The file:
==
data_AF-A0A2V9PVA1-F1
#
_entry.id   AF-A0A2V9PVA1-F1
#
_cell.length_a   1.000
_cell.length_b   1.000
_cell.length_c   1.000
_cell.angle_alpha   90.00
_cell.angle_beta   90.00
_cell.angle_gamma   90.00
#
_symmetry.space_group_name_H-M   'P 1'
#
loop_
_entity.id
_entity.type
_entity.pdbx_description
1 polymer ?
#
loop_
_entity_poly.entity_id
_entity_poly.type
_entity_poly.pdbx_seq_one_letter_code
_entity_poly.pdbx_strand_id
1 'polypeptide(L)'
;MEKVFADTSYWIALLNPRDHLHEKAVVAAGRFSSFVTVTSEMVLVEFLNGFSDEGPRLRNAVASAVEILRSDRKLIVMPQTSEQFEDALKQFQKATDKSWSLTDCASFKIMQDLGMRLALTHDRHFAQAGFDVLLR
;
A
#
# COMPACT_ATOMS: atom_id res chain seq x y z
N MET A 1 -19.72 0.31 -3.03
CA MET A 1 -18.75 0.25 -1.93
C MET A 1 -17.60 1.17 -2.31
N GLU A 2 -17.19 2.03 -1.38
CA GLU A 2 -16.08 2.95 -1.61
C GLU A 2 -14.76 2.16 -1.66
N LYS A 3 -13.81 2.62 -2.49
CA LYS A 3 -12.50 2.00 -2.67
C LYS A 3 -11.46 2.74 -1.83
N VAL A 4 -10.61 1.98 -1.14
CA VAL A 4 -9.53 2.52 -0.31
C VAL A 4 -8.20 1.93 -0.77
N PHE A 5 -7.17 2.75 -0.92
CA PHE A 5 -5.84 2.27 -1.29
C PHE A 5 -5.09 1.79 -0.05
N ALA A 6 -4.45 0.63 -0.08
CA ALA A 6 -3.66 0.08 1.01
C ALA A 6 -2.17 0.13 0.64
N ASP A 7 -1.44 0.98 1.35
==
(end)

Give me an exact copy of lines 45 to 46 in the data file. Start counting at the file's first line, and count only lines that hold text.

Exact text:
C PHE A 5 -5.09 1.79 -0.05
N ALA A 6 -4.45 0.63 -0.08